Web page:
‘Those who control how water is valued control how it is used.’
Valuing water is the title and theme of the UN World Water Development Report 2021. The report argues that too often, decisions do not reflect the full value of water. Further, recognising, measuring and expressing water’s worth, and incorporating it into decision making, are fundamental to managing water sustainably and equitably, and to achieving the UN Sustainable Development Goals.
The CRC for Water Sensitive Cities – in collaboration with the World Bank Group, the Development Research Center of the State Council (China), the Australian Water Partnership, and International Centre for Environmental Management (ICEM) – is working to address this gap by developing a framework for valuing nature-based solutions to urban flooding.
Nature-based solutions (Nbs) – defined by the International Union for Conservation of Nature as ‘actions to protect, sustainably manage, and restore natural or modified ecosystems, that address societal challenges effectively and adaptively, simultaneously providing human well-being and biodiversity benefits’ – are increasingly recognised as important tools for building resilience, developing sustainable adaptations, and improving disaster risk management.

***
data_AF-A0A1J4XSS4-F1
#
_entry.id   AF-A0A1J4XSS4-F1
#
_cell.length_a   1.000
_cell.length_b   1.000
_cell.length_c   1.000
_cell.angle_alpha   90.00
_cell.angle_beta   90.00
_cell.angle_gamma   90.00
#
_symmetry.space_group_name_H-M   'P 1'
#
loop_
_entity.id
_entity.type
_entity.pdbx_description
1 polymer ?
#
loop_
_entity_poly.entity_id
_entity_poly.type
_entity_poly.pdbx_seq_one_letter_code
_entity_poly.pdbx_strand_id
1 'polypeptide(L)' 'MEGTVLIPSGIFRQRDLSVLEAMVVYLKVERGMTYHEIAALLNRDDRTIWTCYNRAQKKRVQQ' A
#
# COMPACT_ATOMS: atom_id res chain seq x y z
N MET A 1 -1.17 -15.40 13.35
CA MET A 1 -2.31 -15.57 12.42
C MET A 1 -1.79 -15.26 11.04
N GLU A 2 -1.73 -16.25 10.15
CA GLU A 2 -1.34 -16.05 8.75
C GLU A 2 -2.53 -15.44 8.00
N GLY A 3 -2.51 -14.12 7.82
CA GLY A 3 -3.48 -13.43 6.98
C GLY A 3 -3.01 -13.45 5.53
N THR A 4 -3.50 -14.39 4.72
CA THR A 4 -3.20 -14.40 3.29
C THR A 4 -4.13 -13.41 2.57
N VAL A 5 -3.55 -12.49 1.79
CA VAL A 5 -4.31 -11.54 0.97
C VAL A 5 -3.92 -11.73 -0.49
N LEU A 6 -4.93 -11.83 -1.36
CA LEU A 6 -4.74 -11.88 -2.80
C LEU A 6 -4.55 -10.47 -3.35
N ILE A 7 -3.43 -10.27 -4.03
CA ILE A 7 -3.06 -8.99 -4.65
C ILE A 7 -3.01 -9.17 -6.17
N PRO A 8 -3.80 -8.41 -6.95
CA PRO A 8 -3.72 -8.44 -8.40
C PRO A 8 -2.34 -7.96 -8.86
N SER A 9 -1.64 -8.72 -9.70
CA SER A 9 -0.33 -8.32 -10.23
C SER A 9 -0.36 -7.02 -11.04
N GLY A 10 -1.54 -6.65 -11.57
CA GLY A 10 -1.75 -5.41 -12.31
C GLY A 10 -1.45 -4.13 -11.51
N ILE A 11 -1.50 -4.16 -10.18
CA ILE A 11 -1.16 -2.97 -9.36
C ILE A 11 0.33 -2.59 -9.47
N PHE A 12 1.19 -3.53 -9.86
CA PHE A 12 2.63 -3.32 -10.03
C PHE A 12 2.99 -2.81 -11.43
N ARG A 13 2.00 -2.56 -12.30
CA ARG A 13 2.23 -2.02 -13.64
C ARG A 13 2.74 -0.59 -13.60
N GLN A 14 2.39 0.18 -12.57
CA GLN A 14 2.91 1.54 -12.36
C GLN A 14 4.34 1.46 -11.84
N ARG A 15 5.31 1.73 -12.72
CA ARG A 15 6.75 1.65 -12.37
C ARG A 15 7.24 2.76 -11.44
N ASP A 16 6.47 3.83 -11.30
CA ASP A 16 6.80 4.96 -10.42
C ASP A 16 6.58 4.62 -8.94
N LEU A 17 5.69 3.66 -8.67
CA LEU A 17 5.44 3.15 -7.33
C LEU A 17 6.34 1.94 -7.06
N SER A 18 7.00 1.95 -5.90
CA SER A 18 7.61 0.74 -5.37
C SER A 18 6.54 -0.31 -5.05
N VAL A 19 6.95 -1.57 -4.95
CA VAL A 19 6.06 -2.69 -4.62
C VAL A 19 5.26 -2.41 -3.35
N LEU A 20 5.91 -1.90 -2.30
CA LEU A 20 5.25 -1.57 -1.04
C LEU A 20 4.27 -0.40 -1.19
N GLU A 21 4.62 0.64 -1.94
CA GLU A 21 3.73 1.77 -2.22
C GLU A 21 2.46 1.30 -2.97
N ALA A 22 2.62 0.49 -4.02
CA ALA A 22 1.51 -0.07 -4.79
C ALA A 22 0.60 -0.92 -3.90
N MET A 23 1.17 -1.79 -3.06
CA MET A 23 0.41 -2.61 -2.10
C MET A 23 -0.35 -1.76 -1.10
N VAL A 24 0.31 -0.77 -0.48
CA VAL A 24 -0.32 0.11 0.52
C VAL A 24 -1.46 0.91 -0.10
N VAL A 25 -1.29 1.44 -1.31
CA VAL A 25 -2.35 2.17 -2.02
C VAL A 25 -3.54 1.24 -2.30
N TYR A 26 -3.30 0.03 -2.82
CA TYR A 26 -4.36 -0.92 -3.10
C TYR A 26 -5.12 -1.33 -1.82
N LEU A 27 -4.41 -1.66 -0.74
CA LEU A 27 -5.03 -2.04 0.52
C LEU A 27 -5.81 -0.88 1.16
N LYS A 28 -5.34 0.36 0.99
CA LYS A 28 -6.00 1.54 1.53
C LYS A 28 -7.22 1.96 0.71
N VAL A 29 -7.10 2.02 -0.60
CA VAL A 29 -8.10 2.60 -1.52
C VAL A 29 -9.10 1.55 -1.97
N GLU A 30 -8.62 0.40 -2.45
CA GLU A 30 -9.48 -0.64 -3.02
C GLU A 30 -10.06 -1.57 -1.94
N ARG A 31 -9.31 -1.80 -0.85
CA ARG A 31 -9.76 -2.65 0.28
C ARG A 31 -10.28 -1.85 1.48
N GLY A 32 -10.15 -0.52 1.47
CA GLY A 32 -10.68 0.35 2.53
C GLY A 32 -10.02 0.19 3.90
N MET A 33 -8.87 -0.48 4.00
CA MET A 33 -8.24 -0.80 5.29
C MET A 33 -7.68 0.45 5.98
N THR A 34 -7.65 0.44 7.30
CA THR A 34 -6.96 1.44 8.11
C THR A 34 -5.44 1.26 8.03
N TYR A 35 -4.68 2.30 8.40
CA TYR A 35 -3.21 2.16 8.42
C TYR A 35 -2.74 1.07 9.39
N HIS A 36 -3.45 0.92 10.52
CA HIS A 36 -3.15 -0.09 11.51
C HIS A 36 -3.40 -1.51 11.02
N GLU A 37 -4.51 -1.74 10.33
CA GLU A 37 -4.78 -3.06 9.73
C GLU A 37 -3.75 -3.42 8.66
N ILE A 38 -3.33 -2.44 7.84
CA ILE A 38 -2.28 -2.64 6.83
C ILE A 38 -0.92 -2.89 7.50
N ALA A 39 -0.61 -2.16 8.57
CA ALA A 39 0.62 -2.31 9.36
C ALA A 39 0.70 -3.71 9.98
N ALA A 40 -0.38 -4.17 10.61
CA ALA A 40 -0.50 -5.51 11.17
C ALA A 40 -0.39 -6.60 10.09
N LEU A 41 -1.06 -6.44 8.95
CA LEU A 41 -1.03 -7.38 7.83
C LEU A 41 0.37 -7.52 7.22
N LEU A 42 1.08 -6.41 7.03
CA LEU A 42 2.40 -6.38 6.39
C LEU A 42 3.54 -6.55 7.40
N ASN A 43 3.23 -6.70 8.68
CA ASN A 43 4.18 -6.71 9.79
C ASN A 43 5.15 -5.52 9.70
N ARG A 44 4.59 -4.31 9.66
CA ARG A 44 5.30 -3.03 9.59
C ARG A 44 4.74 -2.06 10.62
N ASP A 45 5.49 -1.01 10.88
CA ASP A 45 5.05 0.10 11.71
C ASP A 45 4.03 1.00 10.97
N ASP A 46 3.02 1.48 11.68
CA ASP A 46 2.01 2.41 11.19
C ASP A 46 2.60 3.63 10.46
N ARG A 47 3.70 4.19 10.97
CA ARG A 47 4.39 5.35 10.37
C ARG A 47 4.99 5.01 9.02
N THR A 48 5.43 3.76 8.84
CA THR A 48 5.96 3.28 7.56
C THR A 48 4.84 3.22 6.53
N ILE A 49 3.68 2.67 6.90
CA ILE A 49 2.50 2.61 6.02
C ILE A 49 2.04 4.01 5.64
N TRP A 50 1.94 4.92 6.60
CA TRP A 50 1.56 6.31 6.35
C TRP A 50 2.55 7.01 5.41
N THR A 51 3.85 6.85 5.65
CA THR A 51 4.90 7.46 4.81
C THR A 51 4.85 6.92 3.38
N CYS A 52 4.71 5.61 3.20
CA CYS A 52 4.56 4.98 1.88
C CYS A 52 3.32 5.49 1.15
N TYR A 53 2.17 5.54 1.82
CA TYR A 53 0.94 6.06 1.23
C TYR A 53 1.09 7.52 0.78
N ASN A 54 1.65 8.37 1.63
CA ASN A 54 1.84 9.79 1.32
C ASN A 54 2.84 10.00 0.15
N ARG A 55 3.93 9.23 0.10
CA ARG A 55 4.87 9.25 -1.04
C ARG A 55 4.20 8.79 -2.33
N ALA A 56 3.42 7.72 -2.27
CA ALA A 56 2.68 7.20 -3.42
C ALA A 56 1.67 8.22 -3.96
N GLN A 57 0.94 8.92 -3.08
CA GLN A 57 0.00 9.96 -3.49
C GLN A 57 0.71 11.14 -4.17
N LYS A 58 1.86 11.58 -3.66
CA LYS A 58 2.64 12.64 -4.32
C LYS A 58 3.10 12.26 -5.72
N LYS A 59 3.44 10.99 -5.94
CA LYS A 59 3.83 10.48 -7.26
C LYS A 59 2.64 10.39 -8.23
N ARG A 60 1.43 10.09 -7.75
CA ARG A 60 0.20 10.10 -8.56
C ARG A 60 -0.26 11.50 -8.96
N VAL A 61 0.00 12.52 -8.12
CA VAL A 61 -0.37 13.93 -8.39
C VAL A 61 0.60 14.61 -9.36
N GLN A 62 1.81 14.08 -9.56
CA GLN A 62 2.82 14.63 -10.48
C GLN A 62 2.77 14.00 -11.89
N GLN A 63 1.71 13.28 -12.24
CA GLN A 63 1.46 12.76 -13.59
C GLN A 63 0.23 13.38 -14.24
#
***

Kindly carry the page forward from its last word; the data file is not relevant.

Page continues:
Two projects, one in China and one in the Mekong Region initially looking at Thailand and Vietnam, are focusing on identifying, evaluating and realising the benefits of nature-based solutions for integrated urban flood management in these flood-prone regions.
Sponge cities: valuing nature-based solutions in integrated urban flood management in China
The World Bank – in collaboration with the Development Research Center of the State Council in China, and drawing on research and tools developed by the CRC for Water Sensitive Cities – has just launched a summary report about recognising and evaluating the comprehensive social, environmental and economic benefits of integrated urban flood management.
The summary report is based on a larger manual titled Sponge cities: valuing nature-based solutions in integrated urban flood management in China which is set within the context of China’s Sponge Cities. These cities promote the integration of nature-based solutions (Nbs) as part of a coherent and holistic approach to integrated water management in the urban context.
The manual outlines a 5-step process for determining the suite of options for managing urban flood:
- Define the urban system context.
- Undertake a flood risk assessment.
- Identify context-appropriate interventions.
- Value and choose interventions.
- Identify appropriate financing and funding mechanisms.
With 641 of China’s largest cities subject to regular flooding, innovative structural and non-structural solutions are needed to mitigate urban flooding risk. China aims to have 80 per cent of its urban areas become ‘sponge-like’ by 2030, in line with SDG 11.
Such approaches generate a range of benefits by increasing resilience, restoring and conserving natural capital, improving the liveability of urban spaces, and contributing to more sustainable outcomes. To achieve these outcomes, hybrid, city-wide urban infrastructure is needed with an optimal mix of blue, green, and grey corridors, as well as integrated Nbs in the built urban form at scale.